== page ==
The Angel of the Lord Has Good News

Greetings to all my readers. Some of you are seeing this blog earlier than you normally would. The reason is that it’s Wednesday. I don’t have to be at work till 11:30, but I get off at 8 and get up bright and early at 6:30 the next day for work.

You do the math.

So, as I prepare to clock in for the day, I’m giving you today’s blog entry and our passage today will be Judges 13, the announcement of the birth of Samson.

2 A certain man of Zorah, named Manoah, from the clan of the Danites, had a wife who was sterile and remained childless. 3 The angel of the LORD appeared to her and said, “You are sterile and childless, but you are going to conceive and have a son. 4 Now see to it that you drink no wine or other fermented drink and that you do not eat anything unclean, 5 because you will conceive and give birth to a son. No razor may be used on his head, because the boy is to be a Nazirite, set apart to God from birth, and he will begin the deliverance of Israel from the hands of the Philistines.”

Note here that the Angel of the Lord has made yet another appearance and this time to a lady who is barren, which in that time and day was a disgrace. (One wonders what they’d think of our abortion culture.) He has told her that she will have a son and that he will deliver Israel from the Phillistines.

 6 Then the woman went to her husband and told him, “A man of God came to me. He looked like an angel of God, very awesome. I didn’t ask him where he came from, and he didn’t tell me his name. 7 But he said to me, ‘You will conceive and give birth to a son. Now then, drink no wine or other fermented drink and do not eat anything unclean, because the boy will be a Nazirite of God from birth until the day of his death.’ “

This is a passage that gives further credence to the idea that the Angel of the Lord was not always recognizable. The lady only knew about a prophecy, but she attributed it to a man of God. She did say that he looked like an angel of God. However, that is all we have from her at this point.

8 Then Manoah prayed to the LORD : “O LORD, I beg you, let the man of God you sent to us come again to teach us how to bring up the boy who is to be born.”

 9 God heard Manoah, and the angel of God came again to the woman while she was out in the field; but her husband Manoah was not with her. 10 The woman hurried to tell her husband, “He’s here! The man who appeared to me the other day!”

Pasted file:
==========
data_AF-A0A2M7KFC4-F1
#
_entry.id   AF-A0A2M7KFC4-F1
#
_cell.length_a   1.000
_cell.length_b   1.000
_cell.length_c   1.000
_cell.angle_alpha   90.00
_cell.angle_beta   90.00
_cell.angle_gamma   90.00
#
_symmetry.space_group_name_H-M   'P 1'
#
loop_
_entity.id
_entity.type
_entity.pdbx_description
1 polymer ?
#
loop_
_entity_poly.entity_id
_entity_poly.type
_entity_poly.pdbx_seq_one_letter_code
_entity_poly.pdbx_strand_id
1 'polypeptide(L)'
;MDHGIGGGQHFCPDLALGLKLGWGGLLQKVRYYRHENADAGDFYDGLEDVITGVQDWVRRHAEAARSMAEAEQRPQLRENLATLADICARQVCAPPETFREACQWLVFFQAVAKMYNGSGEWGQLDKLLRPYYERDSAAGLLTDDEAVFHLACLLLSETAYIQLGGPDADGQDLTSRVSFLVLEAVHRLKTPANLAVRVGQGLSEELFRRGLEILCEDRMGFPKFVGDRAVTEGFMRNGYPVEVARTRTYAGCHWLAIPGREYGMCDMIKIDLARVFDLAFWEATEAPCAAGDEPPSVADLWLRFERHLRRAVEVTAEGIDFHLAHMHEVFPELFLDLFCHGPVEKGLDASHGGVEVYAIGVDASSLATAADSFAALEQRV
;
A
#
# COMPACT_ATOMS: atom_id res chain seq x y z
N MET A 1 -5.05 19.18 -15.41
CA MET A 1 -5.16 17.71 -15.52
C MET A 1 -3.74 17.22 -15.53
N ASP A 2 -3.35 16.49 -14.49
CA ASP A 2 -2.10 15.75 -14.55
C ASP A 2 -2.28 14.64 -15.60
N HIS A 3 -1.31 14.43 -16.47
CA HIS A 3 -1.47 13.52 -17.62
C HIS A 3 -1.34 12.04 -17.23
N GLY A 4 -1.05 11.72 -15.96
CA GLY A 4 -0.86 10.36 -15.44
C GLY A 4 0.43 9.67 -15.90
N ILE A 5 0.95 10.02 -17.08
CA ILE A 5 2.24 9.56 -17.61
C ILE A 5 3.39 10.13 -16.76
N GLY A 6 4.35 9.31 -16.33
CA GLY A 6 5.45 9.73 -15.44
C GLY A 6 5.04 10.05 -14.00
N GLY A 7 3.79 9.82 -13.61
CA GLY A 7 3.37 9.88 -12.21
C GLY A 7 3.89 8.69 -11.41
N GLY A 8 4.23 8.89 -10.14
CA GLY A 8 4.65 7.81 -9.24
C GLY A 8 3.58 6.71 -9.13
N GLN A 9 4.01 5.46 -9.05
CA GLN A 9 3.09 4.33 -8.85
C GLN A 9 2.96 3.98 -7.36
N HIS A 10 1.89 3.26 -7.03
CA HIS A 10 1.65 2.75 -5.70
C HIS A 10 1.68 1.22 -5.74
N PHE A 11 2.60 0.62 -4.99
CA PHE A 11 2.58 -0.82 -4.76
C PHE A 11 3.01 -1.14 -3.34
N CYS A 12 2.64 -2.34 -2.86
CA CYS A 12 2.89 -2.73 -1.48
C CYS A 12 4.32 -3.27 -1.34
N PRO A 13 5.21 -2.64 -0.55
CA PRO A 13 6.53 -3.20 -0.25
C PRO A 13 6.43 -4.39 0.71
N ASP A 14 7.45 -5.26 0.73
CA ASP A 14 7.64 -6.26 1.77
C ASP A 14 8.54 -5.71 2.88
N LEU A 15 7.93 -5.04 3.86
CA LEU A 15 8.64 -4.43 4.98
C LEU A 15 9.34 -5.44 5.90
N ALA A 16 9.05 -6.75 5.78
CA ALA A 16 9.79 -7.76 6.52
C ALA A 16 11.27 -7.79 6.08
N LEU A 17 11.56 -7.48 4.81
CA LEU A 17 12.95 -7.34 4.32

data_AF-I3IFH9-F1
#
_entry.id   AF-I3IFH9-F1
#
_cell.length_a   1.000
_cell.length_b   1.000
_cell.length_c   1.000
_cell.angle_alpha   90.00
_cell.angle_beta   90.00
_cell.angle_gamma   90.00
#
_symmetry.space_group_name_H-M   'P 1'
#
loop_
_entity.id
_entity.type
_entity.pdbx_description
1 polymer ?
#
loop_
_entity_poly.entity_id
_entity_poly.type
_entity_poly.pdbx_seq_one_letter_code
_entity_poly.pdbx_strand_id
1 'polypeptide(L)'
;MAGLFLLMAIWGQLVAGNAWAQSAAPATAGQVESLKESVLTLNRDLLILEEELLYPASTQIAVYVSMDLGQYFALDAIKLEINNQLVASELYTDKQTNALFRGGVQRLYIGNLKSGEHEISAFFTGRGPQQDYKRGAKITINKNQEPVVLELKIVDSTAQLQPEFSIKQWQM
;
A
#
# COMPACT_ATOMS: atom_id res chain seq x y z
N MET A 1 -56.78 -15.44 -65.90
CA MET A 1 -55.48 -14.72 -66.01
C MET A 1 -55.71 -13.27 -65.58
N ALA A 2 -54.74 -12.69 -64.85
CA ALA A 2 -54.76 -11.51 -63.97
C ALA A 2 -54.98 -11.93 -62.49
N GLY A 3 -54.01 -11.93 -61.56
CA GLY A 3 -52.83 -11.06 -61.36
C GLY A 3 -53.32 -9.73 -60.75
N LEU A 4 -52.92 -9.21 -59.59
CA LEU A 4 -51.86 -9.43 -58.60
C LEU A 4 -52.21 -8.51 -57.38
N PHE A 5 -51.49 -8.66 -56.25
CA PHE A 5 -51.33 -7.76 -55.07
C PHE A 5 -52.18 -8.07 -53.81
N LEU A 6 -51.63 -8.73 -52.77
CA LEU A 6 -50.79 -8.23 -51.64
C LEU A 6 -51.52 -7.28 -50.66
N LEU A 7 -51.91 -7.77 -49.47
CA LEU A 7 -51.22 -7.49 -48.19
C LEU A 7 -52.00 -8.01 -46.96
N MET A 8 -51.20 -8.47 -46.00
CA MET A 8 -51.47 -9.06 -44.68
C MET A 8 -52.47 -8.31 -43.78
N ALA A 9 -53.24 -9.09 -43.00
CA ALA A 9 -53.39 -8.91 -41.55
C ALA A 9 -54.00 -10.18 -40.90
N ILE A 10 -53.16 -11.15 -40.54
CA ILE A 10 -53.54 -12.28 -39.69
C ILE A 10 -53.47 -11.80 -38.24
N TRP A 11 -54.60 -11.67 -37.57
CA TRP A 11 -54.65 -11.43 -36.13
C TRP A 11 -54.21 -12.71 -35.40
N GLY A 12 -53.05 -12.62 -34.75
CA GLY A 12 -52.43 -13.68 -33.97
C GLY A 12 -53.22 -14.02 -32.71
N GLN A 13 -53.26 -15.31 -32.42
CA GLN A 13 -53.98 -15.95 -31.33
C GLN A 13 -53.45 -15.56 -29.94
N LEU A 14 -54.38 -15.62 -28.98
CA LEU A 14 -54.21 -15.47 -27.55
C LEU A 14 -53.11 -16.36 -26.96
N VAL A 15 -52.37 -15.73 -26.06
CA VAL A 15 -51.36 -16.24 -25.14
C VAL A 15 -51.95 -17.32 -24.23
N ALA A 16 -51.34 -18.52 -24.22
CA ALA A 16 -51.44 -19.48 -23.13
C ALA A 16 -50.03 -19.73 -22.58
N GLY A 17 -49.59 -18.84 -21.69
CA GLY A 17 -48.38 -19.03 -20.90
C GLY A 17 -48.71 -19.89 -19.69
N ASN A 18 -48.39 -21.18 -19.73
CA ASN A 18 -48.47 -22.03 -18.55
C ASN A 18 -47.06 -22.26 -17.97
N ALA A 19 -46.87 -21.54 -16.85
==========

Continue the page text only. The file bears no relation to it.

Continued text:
The husband, Manoah prays that the visitor will return and refers to him as a man of God. When the wife sees the Angel again, she refers to him as a man of God as well.

 11 Manoah got up and followed his wife. When he came to the man, he said, “Are you the one who talked to my wife?”
      “I am,” he said.

 12 So Manoah asked him, “When your words are fulfilled, what is to be the rule for the boy’s life and work?”

 13 The angel of the LORD answered, “Your wife must do all that I have told her. 14 She must not eat anything that comes from the grapevine, nor drink any wine or other fermented drink nor eat anything unclean. She must do everything I have commanded her.”

 15 Manoah said to the angel of the LORD, “We would like you to stay until we prepare a young goat for you.”

 16 The angel of the LORD replied, “Even though you detain me, I will not eat any of your food. But if you prepare a burnt offering, offer it to the LORD.” (Manoah did not realize that it was the angel of the LORD.)

In this interchange, we see at the end that the Angel of the Lord says he won’t eat anything, but if an offering is made, let it be made to the Lord, thus speaking of the Lord as someone else. However, the passage ends with saying “He did not realize that it was the angel of the Lord.” This would tell us that had he known, he would have responded differently.

17 Then Manoah inquired of the angel of the LORD, “What is your name, so that we may honor you when your word comes true?”

 18 He replied, “Why do you ask my name? It is beyond understanding. “

The idea of the name should have clued Manoah in some more, but apparently, it didn’t at this point. Now some of you are hoping I’ll comment on this name. I won’t yet. I say to just wait. Sometime in the future, we will see this again. Some clever exegetes might already be putting two and two together and finding the other reference.

19 Then Manoah took a young goat, together with the grain offering, and sacrificed it on a rock to the LORD. And the LORD did an amazing thing while Manoah and his wife watched: 20 As the flame blazed up from the altar toward heaven, the angel of the LORD ascended in the flame. Seeing this, Manoah and his wife fell with their faces to the ground. 21 When the angel of the LORD did not show himself again to Manoah and his wife, Manoah realized that it was the angel of the LORD.

We see here another parallel with what happened to Gideon. Also it seems that the terms “LORD” and “Angel of the Lord” are being used interchangably in this part. It is at this point that they realize the identity of their guest.

 22 “We are doomed to die!” he said to his wife. “We have seen God!”

 23 But his wife answered, “If the LORD had meant to kill us, he would not have accepted a burnt offering and grain offering from our hands, nor shown us all these things or now told us this.”

If we ever wanted a passage that showed how the Israelites viewed the Angel of the Lord, this would be the one. The husband is immediately sure that they will die for they had seen God, but the text is clear that they saw the Angel of the Lord. Fortunately, his wife sets him straight on the matter.

So, it seems that we have a deepening doctrine as we go along on the Angel of the Lord. As we continue, we will see more Trinitarian aspects in the Old Testament.

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